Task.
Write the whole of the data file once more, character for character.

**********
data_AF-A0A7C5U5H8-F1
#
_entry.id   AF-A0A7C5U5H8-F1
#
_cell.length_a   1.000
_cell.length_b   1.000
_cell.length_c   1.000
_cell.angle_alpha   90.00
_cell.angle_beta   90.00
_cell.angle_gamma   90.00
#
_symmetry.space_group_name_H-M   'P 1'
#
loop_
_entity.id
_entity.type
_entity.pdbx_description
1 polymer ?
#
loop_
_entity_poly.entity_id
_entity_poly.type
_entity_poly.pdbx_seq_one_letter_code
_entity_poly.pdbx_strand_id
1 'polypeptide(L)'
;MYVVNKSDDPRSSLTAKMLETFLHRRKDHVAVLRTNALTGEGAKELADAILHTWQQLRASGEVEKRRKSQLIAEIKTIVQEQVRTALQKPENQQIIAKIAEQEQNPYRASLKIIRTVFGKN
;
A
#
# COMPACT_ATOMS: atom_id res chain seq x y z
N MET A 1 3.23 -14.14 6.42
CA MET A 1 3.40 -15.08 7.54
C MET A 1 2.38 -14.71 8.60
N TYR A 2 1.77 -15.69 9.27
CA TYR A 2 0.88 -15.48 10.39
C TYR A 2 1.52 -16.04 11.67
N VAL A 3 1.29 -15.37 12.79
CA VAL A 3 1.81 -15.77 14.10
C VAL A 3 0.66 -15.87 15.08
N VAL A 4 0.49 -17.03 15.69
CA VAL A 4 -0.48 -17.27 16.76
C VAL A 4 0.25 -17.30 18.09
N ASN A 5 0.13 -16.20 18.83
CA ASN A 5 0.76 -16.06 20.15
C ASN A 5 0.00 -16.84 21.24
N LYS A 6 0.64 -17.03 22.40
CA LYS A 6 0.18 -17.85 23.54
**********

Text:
data_AF-A0A7C5U5H8-F1
#
_entry.id   AF-A0A7C5U5H8-F1
#
_cell.length_a   1.000
_cell.length_b   1.000
_cell.length_c   1.000
_cell.angle_alpha   90.00
_cell.angle_beta   90.00
_cell.angle_gamma   90.00
#
_symmetry.space_group_name_H-M   'P 1'
#
loop_
_entity.id
_entity.type
_entity.pdbx_description
1 polymer ?
#
loop_
_entity_poly.entity_id
_entity_poly.type
_entity_poly.pdbx_seq_one_letter_code
_entity_poly.pdbx_strand_id
1 'polypeptide(L)'
;MYVVNKSDDPRSSLTAKMLETFLHRRKDHVAVLRTNALTGEGAKELADAILHTWQQLRASGEVEKRRKSQLIAEIKTIVQEQVRTALQKPENQQIIAKIAEQEQNPYRASLKIIRTVFGKN
;
A
#
# COMPACT_ATOMS: atom_id res chain seq x y z
N MET A 1 3.23 -14.14 6.42
CA MET A 1 3.40 -15.08 7.54
C MET A 1 2.38 -14.71 8.60
N TYR A 2 1.77 -15.69 9.27
CA TYR A 2 0.88 -15.48 10.39
C TYR A 2 1.52 -16.04 11.67
N VAL A 3 1.29 -15.37 12.79
CA VAL A 3 1.81 -15.77 14.10
C VAL A 3 0.66 -15.87 15.08
N VAL A 4 0.49 -17.03 15.69
CA VAL A 4 -0.48 -17.27 16.76
C VAL A 4 0.25 -17.30 18.09
N ASN A 5 0.13 -16.20 18.83
CA ASN A 5 0.76 -16.06 20.15
C ASN A 5 0.00 -16.84 21.24
N LYS A 6 0.64 -17.03 22.40
CA LYS A 6 0.18 -17.85 23.54